Just catching up on the days VML vulnerability news from today…. It looks as though… the exploit is now MUCH more widespread this blog has some video of an infection, what’s notable is that the first take was VERY UNEVENTFUL, it was used to stealthily install a keylogger. (So that they can harvest paypal/bank/etc. passwords…) So, there might not be a big red “you’re owned” sign pop up. Sunbelt reported on a test page to visit to see if you’re vulnerable. The direct link is http://www.isotf.org/zert/testvml.htm (Will crash IE if it’s vulnerable.)
There is an unofficial patch available from a new group known as ZERT (zeroday emergency response team.) (Microsoft is not recommending the unofficial patch of course.) Microsoft DID come out and suggest that an out of cycle patch is a possibility. They don’t seem to see the presense of the exploit as widespread yet. Incidents.org went to yellow as the exploit became more widespread…. Someone, I’m sure will pass that along to Microsoft… It should be noted that email clients are also vulnerable (Outlook 2003 for instance), so be careful with unexpected emails…
And on the “widespread” use of the exploit there’s this from SANS as well..
Ken Dunham from iDefense claims they have seen a significant increase in attacks over the last 24 hours and “[at] least one domain hosts provider has suffered a large-scale attack leading to index file modifications on over 500 domains”. Those domains pointed visitors to a VML exploit. We’re happy to note they join us in recommending “implementing a workaround ASAP” and see the upcoming weekend as a factor in it.
Disturbing to say the least. Watch out for the possibility then of legitimite sites hacked to include very subtle exploit induced keylogger installs. Either unregister the dll affected or think about using the unofficial patch (or an alternative browser) until Microsoft sees the need to go out of cycle and get a patch out the door.
(Editorial note – Still no word on any exploits being used to remove DRM from windows media files…. that would speed things up. Sorry, I couldn’t resist.)
Brian Krebs at the Security fix brings us more details on the hosting provider attack, saying that Host Gator had numerous accounts altered in the attack, they’re cleaning up. There’s also this…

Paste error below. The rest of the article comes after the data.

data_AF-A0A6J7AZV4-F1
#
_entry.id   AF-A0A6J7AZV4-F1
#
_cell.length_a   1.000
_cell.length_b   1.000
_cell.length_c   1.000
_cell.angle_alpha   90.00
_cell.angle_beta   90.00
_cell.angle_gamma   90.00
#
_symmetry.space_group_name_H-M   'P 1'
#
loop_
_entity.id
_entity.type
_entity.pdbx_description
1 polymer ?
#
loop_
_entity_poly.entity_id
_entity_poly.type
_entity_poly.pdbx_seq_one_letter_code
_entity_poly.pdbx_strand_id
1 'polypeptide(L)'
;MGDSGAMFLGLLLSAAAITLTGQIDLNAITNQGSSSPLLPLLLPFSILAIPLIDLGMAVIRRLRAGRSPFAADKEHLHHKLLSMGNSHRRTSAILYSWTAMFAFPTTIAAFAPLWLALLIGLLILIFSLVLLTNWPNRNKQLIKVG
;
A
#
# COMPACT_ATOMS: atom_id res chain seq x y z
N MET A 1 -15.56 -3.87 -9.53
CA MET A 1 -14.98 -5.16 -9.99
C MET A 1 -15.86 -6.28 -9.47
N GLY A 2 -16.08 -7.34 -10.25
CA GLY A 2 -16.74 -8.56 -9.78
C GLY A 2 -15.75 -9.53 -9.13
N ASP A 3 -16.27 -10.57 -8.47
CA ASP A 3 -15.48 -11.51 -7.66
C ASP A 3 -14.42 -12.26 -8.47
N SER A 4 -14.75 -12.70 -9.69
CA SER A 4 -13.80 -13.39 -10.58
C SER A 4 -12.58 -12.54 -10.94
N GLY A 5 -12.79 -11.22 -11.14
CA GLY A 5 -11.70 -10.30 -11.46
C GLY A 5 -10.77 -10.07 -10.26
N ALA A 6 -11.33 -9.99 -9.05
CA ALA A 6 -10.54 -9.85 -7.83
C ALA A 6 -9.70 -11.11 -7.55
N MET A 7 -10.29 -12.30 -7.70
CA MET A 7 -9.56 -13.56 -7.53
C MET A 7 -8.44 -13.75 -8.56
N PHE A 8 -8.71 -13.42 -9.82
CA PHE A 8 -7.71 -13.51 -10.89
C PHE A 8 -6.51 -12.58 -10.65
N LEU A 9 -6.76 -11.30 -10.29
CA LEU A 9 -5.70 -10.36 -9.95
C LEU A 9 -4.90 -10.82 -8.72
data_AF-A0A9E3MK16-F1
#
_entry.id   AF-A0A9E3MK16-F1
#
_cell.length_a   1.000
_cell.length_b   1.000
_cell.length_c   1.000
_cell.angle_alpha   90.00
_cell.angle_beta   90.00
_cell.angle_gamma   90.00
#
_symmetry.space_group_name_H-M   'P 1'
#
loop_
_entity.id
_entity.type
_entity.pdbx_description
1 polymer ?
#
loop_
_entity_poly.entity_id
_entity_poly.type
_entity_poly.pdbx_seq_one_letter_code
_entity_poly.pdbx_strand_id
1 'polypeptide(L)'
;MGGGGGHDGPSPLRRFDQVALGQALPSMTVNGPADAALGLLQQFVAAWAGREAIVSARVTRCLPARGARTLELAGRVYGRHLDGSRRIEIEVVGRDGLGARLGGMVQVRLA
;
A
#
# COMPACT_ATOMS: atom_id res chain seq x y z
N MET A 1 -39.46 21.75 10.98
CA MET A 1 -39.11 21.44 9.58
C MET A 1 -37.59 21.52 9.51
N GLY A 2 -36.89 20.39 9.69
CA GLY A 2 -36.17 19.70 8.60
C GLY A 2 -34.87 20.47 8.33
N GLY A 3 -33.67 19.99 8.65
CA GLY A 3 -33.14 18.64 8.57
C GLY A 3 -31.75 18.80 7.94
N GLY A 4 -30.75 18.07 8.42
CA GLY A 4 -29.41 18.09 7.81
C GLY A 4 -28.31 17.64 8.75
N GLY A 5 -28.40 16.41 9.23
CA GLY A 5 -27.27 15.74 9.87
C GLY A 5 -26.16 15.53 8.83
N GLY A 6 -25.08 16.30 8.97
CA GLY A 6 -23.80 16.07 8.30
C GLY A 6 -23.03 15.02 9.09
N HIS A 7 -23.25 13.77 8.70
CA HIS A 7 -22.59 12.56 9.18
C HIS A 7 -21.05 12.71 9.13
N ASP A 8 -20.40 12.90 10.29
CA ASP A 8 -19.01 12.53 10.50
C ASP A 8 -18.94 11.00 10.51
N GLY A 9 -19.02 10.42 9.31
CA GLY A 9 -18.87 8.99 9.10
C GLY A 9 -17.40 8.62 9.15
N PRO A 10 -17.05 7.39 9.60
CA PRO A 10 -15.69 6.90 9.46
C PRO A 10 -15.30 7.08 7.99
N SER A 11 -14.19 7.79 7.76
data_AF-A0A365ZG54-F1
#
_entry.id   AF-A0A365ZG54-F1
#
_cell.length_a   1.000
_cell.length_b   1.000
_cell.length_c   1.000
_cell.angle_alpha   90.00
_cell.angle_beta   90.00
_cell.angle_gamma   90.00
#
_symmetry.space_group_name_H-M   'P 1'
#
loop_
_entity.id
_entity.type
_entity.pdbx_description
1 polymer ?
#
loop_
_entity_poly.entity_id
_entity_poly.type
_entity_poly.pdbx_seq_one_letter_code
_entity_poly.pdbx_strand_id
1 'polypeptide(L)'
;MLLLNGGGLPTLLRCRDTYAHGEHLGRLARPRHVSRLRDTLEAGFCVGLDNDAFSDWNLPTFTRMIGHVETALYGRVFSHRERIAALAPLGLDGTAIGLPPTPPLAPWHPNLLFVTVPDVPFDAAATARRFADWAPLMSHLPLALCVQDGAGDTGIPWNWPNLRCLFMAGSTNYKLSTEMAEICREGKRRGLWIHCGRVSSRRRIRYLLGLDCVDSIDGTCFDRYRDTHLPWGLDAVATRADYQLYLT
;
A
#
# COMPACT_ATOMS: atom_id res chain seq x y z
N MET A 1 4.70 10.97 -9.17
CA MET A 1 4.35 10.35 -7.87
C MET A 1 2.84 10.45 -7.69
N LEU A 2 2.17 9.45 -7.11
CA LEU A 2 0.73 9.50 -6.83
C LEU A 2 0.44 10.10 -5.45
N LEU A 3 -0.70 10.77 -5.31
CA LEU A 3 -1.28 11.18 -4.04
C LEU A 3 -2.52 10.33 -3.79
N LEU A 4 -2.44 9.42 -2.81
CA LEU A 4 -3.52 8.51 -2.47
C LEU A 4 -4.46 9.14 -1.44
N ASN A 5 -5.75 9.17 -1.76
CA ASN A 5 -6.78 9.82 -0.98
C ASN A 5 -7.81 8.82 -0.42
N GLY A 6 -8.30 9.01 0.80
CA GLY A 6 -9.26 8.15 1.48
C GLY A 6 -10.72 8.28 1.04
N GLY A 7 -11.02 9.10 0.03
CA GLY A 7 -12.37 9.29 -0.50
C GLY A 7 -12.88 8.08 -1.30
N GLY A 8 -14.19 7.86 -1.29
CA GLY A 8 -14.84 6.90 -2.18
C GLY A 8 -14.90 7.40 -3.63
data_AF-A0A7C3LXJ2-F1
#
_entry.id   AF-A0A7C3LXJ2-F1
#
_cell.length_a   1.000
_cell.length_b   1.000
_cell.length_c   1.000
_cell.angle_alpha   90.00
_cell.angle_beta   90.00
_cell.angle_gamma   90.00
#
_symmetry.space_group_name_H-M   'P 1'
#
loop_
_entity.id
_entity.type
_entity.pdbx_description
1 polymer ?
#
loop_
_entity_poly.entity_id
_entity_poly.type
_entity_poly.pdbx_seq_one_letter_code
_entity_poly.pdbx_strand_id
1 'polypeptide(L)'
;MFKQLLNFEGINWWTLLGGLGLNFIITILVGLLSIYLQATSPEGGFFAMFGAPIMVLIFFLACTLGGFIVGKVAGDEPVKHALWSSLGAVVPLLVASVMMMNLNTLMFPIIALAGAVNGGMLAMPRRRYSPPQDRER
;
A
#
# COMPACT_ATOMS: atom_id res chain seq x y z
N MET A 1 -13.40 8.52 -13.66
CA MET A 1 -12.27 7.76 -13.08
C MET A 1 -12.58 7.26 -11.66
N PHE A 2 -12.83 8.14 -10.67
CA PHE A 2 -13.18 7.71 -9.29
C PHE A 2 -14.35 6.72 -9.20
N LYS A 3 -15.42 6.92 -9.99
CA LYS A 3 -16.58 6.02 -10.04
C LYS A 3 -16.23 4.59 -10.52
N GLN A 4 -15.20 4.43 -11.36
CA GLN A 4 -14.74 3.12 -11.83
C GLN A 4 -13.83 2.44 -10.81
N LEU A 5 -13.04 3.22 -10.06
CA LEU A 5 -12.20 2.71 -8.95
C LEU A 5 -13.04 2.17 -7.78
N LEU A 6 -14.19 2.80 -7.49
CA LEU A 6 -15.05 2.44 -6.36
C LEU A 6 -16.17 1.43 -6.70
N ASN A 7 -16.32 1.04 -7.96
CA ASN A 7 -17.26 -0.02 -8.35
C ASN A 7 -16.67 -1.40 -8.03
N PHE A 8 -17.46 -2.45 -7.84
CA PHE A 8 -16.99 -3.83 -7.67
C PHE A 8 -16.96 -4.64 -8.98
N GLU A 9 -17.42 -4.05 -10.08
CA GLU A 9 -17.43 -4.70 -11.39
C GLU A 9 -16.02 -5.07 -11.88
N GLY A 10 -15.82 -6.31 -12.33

AusCERT, the Australian Computer Emergency Response Team, said it has seen widespread e-mails urging users to click on links to Web sites that exploit the flaw to install malicious software.
Some malicious sites appear to be using the exploit to silently install spyware and adware, while others are seeding visitors’ Windows machines with hard-to-remove keystroke loggers or “form grabbers” designed to steal username, password and financial data when users enter data at bank or e-commerce Web sites.
So confirmation of the email vector and the silent installs. In other words, it may take a while to become aware of the full impact of this (keyloggers may remain undetected on some systems for a LONG time.)
There’s also an investigation of Webattacker which is a tool sold for $20 that has all sorts of ill uses. (Fake sites for identity theft, spyware/adware delivery, etc.)
In many ways, the analysis of Webattacker gives a really bleak view of the current state of the internet/malware/spam…..
Finally, websense has posted a report verifying an increase in activity. Unfortunately, there may be many botnets growing this weekend.
Oh and YES Internet Explorer 7 RC is immune to the vml vulnerability.
Let’s see…. from the weekend the Hostgater crack was due to a cpanel vulnerability.
Also, Sunbelt reminds us, this is not the only zero-day floating around for IE right now.
And there is a FAQ on the VML 0-day for IE here. (I’m trying to think how many other acronyms I could work into the last sentence…. get the FAQ for the IE VML 0D PDQ here…. oh well..)
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